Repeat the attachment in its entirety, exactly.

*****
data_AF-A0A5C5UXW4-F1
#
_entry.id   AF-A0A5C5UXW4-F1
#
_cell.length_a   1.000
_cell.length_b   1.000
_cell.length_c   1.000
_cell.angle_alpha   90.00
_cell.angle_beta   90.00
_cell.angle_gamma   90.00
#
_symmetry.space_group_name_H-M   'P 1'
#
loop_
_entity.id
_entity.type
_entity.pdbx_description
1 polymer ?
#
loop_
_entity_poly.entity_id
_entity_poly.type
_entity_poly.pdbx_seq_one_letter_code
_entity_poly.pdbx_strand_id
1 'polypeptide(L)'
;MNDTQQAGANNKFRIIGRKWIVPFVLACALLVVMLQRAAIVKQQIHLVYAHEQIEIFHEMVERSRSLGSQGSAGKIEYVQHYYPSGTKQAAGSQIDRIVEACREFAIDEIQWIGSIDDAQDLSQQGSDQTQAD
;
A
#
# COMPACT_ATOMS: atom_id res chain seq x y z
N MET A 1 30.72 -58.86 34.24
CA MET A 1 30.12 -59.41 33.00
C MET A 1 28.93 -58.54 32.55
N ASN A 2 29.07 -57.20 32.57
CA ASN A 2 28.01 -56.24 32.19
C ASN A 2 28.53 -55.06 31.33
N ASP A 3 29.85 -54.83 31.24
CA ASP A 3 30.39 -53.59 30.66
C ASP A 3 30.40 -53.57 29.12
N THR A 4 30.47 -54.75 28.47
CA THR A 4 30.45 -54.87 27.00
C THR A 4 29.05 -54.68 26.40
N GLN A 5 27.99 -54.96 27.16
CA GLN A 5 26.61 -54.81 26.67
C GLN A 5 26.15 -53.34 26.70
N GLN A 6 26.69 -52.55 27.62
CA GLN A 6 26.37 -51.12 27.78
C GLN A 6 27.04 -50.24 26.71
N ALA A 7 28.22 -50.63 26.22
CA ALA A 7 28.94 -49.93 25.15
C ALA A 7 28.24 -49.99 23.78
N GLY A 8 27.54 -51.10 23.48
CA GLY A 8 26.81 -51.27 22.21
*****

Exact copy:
data_AF-A0A5C5UXW4-F1
#
_entry.id   AF-A0A5C5UXW4-F1
#
_cell.length_a   1.000
_cell.length_b   1.000
_cell.length_c   1.000
_cell.angle_alpha   90.00
_cell.angle_beta   90.00
_cell.angle_gamma   90.00
#
_symmetry.space_group_name_H-M   'P 1'
#
loop_
_entity.id
_entity.type
_entity.pdbx_description
1 polymer ?
#
loop_
_entity_poly.entity_id
_entity_poly.type
_entity_poly.pdbx_seq_one_letter_code
_entity_poly.pdbx_strand_id
1 'polypeptide(L)'
;MNDTQQAGANNKFRIIGRKWIVPFVLACALLVVMLQRAAIVKQQIHLVYAHEQIEIFHEMVERSRSLGSQGSAGKIEYVQHYYPSGTKQAAGSQIDRIVEACREFAIDEIQWIGSIDDAQDLSQQGSDQTQAD
;
A
#
# COMPACT_ATOMS: atom_id res chain seq x y z
N MET A 1 30.72 -58.86 34.24
CA MET A 1 30.12 -59.41 33.00
C MET A 1 28.93 -58.54 32.55
N ASN A 2 29.07 -57.20 32.57
CA ASN A 2 28.01 -56.24 32.19
C ASN A 2 28.53 -55.06 31.33
N ASP A 3 29.85 -54.83 31.24
CA ASP A 3 30.39 -53.59 30.66
C ASP A 3 30.40 -53.57 29.12
N THR A 4 30.47 -54.75 28.47
CA THR A 4 30.45 -54.87 27.00
C THR A 4 29.05 -54.68 26.40
N GLN A 5 27.99 -54.96 27.16
CA GLN A 5 26.61 -54.81 26.67
C GLN A 5 26.15 -53.34 26.70
N GLN A 6 26.69 -52.55 27.62
CA GLN A 6 26.37 -51.12 27.78
C GLN A 6 27.04 -50.24 26.71
N ALA A 7 28.22 -50.63 26.22
CA ALA A 7 28.94 -49.93 25.15
C ALA A 7 28.24 -49.99 23.78
N GLY A 8 27.54 -51.10 23.48
CA GLY A 8 26.81 -51.27 22.21